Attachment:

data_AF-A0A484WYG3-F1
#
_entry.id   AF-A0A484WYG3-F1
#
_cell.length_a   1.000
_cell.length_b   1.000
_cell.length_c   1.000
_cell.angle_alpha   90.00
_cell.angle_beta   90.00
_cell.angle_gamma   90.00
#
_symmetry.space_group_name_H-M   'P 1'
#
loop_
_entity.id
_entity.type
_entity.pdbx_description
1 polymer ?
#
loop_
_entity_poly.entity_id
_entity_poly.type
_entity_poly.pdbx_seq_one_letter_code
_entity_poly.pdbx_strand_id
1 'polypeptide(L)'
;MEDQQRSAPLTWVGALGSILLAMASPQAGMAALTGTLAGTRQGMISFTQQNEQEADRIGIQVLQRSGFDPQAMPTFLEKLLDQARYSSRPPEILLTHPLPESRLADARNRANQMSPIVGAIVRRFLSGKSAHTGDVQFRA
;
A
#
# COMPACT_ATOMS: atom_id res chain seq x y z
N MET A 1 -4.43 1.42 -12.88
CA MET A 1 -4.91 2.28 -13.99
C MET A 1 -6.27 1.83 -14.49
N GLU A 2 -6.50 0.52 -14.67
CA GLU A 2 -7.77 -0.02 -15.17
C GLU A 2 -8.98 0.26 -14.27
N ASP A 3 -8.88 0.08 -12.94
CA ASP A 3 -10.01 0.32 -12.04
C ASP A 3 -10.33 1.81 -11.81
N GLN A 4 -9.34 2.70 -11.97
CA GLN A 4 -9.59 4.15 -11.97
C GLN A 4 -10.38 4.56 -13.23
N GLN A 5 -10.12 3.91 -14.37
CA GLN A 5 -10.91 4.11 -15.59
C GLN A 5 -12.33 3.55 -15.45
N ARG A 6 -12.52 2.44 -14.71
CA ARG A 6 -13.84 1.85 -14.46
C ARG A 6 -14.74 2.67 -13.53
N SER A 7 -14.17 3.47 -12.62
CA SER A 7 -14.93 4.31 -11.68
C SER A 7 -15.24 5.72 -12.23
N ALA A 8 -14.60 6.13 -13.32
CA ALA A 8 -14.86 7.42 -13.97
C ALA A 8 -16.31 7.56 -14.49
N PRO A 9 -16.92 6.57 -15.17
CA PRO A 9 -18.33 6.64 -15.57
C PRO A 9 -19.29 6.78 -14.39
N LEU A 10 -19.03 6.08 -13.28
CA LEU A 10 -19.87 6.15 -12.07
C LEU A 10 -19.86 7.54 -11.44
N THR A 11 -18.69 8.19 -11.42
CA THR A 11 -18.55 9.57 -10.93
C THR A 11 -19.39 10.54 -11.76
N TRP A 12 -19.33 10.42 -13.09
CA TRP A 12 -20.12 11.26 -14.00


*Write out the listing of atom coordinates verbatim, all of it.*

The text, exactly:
data_AF-A0A484WYG3-F1
#
_entry.id   AF-A0A484WYG3-F1
#
_cell.length_a   1.000
_cell.length_b   1.000
_cell.length_c   1.000
_cell.angle_alpha   90.00
_cell.angle_beta   90.00
_cell.angle_gamma   90.00
#
_symmetry.space_group_name_H-M   'P 1'
#
loop_
_entity.id
_entity.type
_entity.pdbx_description
1 polymer ?
#
loop_
_entity_poly.entity_id
_entity_poly.type
_entity_poly.pdbx_seq_one_letter_code
_entity_poly.pdbx_strand_id
1 'polypeptide(L)'
;MEDQQRSAPLTWVGALGSILLAMASPQAGMAALTGTLAGTRQGMISFTQQNEQEADRIGIQVLQRSGFDPQAMPTFLEKLLDQARYSSRPPEILLTHPLPESRLADARNRANQMSPIVGAIVRRFLSGKSAHTGDVQFRA
;
A
#
# COMPACT_ATOMS: atom_id res chain seq x y z
N MET A 1 -4.43 1.42 -12.88
CA MET A 1 -4.91 2.28 -13.99
C MET A 1 -6.27 1.83 -14.49
N GLU A 2 -6.50 0.52 -14.67
CA GLU A 2 -7.77 -0.02 -15.17
C GLU A 2 -8.98 0.26 -14.27
N ASP A 3 -8.88 0.08 -12.94
CA ASP A 3 -10.01 0.32 -12.04
C ASP A 3 -10.33 1.81 -11.81
N GLN A 4 -9.34 2.70 -11.97
CA GLN A 4 -9.59 4.15 -11.97
C GLN A 4 -10.38 4.56 -13.23
N GLN A 5 -10.12 3.91 -14.37
CA GLN A 5 -10.91 4.11 -15.59
C GLN A 5 -12.33 3.55 -15.45
N ARG A 6 -12.52 2.44 -14.71
CA ARG A 6 -13.84 1.85 -14.46
C ARG A 6 -14.74 2.67 -13.53
N SER A 7 -14.17 3.47 -12.62
CA SER A 7 -14.93 4.31 -11.68
C SER A 7 -15.24 5.72 -12.23
N ALA A 8 -14.60 6.13 -13.32
CA ALA A 8 -14.86 7.42 -13.97
C ALA A 8 -16.31 7.56 -14.49
N PRO A 9 -16.92 6.57 -15.17
CA PRO A 9 -18.33 6.64 -15.57
C PRO A 9 -19.29 6.78 -14.39
N LEU A 10 -19.03 6.08 -13.28
CA LEU A 10 -19.87 6.15 -12.07
C LEU A 10 -19.86 7.54 -11.44
N THR A 11 -18.69 8.19 -11.42
CA THR A 11 -18.55 9.57 -10.93
C THR A 11 -19.39 10.54 -11.76
N TRP A 12 -19.33 10.42 -13.09
CA TRP A 12 -20.12 11.26 -14.00